The Initiatives for Media Development (IMdev) with funds from the international Programme for the Development of Communication, within the United Nations Education, Scientific and Cultural Organization (UNESCO) is commencing the implementation of a project “Women’s Empowerment through Strengthened Gender Sensitive Media”.
From 1991 to 2002, Sierra Leone experienced a brutal civil war and about 120,000 people died and hundreds of thousands were displaced. Years on, enormous challenges remain for a country still struggling to throw off the legacy of war. Women in Sierra Leone are particularly at risk with Sierra Leone ranking 150 out of 189 countries – 2017 UNDP Gender Inequality Index. In law, the women of Sierra Leone are guaranteed many rights, but few understand what their rights are with 29% of the women literate, and only 9.2% of with secondary education or higher. This makes it difficult for women to access positions of decision-making or authority, a situation exacerbated by patriarchal traditions. This situation is particularly pronounced in Sierra Leone’s media. Media ownership is male-dominated and in the capital of Freetown, there are a few female-run radio stations. Not surprisingly, women’s issues are not always accurately portrayed, or addressed. Barriers and constraints facing the media include lack of training and professional development opportunities, lack of organizational support.
Sierra Leone’s national electoral processes in 2007 and 2012 for example witnessed an increasingly visible role of women as voters, candidates, representatives, protesters, journalists and civic educators in the home, the community and beyond. There were increased calls for female participation through civic advocacy groups such as the 50/50 movement and intense lobbying and negotiations for a 30% minimum inclusion of women in politics during the constitutional review process in 2016/2017.
However, women in Sierra Leone still struggle to consolidate in the struggle, overcome stereotypes and most often falter and breed disillusionment in political processes. In such a complex context of male superiority and dominance, political processes require the introduction of a granular gender lens which can present a new framework that accounts for all forms of gender-specific documentation and responses to breaking the mould of exclusion.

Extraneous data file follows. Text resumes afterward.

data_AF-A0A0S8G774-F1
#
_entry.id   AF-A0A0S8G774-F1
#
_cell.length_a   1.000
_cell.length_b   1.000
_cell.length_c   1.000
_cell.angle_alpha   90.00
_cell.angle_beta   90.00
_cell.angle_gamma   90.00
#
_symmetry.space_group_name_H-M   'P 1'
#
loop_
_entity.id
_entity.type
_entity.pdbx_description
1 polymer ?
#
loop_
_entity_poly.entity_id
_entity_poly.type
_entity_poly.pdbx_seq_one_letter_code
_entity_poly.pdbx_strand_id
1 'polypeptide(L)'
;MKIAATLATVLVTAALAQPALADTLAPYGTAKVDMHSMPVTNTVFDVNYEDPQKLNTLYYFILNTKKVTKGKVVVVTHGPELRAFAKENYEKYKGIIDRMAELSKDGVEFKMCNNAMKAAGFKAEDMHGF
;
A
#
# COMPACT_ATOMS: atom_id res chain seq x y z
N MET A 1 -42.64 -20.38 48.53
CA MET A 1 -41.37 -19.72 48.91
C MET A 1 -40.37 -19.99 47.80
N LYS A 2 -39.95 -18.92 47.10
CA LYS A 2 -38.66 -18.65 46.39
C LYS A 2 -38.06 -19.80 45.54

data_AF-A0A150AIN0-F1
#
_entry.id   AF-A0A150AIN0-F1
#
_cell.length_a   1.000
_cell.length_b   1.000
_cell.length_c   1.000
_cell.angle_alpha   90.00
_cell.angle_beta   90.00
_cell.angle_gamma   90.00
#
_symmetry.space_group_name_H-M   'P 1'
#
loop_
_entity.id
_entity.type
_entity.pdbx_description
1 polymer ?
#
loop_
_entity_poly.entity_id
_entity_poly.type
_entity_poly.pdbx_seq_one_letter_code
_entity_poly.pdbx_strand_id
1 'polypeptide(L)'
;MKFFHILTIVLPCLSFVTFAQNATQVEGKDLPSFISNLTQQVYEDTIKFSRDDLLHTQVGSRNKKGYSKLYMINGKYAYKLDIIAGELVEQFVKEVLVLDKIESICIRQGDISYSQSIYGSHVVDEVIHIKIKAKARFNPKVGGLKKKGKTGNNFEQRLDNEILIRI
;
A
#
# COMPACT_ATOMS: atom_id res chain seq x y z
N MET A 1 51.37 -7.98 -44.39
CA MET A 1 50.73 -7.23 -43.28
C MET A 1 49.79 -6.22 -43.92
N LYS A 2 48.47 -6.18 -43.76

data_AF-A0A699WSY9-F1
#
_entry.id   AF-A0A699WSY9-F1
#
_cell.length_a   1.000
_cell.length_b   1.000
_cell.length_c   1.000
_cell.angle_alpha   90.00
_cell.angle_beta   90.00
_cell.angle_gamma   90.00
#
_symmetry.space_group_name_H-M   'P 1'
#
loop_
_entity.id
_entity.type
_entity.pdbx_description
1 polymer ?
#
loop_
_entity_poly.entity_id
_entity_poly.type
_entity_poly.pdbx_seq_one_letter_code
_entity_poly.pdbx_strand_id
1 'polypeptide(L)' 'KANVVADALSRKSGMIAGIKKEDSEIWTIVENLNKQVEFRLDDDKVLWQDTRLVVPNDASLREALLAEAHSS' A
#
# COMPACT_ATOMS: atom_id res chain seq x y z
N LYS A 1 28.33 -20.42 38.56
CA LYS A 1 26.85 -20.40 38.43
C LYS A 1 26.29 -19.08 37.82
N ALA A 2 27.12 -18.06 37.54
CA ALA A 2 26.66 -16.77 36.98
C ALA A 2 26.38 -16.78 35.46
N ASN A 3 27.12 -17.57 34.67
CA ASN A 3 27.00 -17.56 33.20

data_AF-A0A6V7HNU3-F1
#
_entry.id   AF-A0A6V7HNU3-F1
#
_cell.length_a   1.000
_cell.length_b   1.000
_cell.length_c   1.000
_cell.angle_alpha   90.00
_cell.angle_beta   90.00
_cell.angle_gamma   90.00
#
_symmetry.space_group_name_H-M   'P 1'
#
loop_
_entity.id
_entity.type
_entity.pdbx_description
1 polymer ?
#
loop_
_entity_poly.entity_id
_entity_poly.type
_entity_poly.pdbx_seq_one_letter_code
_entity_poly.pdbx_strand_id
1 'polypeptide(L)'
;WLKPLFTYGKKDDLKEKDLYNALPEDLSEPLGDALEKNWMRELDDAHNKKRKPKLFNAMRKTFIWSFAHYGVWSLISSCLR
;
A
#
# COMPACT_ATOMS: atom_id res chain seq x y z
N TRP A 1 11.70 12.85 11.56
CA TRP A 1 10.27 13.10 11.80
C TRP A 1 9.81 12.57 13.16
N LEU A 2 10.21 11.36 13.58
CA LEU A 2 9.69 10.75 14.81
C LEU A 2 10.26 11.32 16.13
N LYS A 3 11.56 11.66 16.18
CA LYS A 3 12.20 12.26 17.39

In April 2015, in a study conducted on women peace and security by the Initiatives for Media Development (IMdev) with support from the World Association of Christian Churches (WACC) through the Global Media Monitoring Project noted that 39% of women were directly quoted, compared to 60% of men in addition to the insignificant presence of women in the news reports overall. Three years on in 2018, IMdev with funding from UNWomen on ‘Who Makes the News- 2018 Elections project’ collected empirical research from the print as well as the electronic media, covering 20 media houses in the 16 political districts and the evidences pointed to the fact that newspapers and TV outlets, especially, are unwilling to open the space for women to freely express themselves. This runs counter to the ideals of a free and pluralistic media, which among other considerations, not only calls for multiple voices but also diverse sources, including a fair and robust gender representation.
“This apparent stifling of women’s voices in the public arena, and the tendency to look at public issues from a male perspective, and by extension, influencing public policy with a male-dominated narrative, is no doubt, contributing to the undernourishment of our fragile democracy in Sierra Leone,” says IMdev Executive Director, Yeama Sarah Thompson.
IMdev proposed to implement this project in collaboration with local media partners through these principal activities.
- Investigative Fellowships for journalists
- Newsroom mentorship of journalists
- Editors and Owners’ Forums
- Leadership in Media Training